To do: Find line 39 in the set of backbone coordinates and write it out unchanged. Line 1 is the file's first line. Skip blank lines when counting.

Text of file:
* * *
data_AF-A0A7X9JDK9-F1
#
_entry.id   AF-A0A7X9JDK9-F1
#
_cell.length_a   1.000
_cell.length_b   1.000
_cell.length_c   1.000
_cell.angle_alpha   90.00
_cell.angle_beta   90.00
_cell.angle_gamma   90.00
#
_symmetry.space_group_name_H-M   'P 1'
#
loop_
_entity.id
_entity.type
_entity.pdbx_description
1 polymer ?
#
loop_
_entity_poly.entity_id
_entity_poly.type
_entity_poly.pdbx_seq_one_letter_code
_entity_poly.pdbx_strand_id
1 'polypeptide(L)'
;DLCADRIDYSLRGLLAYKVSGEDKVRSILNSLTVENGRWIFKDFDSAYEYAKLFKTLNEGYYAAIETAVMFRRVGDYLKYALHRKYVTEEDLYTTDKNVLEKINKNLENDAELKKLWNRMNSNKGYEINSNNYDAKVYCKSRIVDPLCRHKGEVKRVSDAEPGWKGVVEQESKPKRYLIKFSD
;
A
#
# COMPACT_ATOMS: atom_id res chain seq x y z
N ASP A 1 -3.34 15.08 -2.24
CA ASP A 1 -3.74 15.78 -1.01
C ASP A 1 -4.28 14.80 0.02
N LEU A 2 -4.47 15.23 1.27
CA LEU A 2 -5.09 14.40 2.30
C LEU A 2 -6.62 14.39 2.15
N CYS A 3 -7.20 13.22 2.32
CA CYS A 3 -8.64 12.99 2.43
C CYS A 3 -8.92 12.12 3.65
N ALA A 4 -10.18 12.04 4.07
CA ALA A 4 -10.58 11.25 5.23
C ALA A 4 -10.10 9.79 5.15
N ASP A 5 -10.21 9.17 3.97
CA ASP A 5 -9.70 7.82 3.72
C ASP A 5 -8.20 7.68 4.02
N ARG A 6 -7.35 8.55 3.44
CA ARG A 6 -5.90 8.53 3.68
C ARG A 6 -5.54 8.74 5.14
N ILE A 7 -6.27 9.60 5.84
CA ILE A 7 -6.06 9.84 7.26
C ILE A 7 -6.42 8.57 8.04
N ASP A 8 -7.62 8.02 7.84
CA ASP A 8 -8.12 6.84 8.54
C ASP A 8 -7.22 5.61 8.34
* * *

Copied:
C CYS A 3 -8.92 12.12 3.65